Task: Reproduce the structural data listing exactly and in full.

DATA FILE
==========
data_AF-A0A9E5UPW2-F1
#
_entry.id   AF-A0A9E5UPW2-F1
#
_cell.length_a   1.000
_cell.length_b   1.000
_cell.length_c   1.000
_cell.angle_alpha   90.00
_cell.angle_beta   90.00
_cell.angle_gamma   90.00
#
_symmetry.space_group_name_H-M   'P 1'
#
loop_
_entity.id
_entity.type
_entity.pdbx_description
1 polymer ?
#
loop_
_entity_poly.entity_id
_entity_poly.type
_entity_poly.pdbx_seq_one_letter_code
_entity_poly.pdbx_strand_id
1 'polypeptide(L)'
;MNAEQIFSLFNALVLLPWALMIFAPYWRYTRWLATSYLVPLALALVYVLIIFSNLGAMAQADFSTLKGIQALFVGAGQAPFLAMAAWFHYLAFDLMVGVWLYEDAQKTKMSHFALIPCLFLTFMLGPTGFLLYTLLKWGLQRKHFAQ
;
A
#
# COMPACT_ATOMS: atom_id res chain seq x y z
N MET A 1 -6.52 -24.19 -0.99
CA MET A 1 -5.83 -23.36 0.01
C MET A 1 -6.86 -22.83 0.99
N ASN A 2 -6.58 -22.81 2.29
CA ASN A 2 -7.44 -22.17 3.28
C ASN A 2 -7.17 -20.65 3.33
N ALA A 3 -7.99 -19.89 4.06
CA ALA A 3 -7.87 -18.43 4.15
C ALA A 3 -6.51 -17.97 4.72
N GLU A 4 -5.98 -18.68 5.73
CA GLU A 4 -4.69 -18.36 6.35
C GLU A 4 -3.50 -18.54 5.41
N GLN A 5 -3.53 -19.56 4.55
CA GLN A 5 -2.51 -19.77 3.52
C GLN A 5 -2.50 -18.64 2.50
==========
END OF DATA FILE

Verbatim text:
data_AF-A0A9E5UPW2-F1
#
_entry.id   AF-A0A9E5UPW2-F1
#
_cell.length_a   1.000
_cell.length_b   1.000
_cell.length_c   1.000
_cell.angle_alpha   90.00
_cell.angle_beta   90.00
_cell.angle_gamma   90.00
#
_symmetry.space_group_name_H-M   'P 1'
#
loop_
_entity.id
_entity.type
_entity.pdbx_description
1 polymer ?
#
loop_
_entity_poly.entity_id
_entity_poly.type
_entity_poly.pdbx_seq_one_letter_code
_entity_poly.pdbx_strand_id
1 'polypeptide(L)'
;MNAEQIFSLFNALVLLPWALMIFAPYWRYTRWLATSYLVPLALALVYVLIIFSNLGAMAQADFSTLKGIQALFVGAGQAPFLAMAAWFHYLAFDLMVGVWLYEDAQKTKMSHFALIPCLFLTFMLGPTGFLLYTLLKWGLQRKHFAQ
;
A
#
# COMPACT_ATOMS: atom_id res chain seq x y z
N MET A 1 -6.52 -24.19 -0.99
CA MET A 1 -5.83 -23.36 0.01
C MET A 1 -6.86 -22.83 0.99
N ASN A 2 -6.58 -22.81 2.29
CA ASN A 2 -7.44 -22.17 3.28
C ASN A 2 -7.17 -20.65 3.33
N ALA A 3 -7.99 -19.89 4.06
CA ALA A 3 -7.87 -18.43 4.15
C ALA A 3 -6.51 -17.97 4.72
N GLU A 4 -5.98 -18.68 5.73
CA GLU A 4 -4.69 -18.36 6.35
C GLU A 4 -3.50 -18.54 5.41
N GLN A 5 -3.53 -19.56 4.55
CA GLN A 5 -2.51 -19.77 3.52
C GLN A 5 -2.50 -18.64 2.50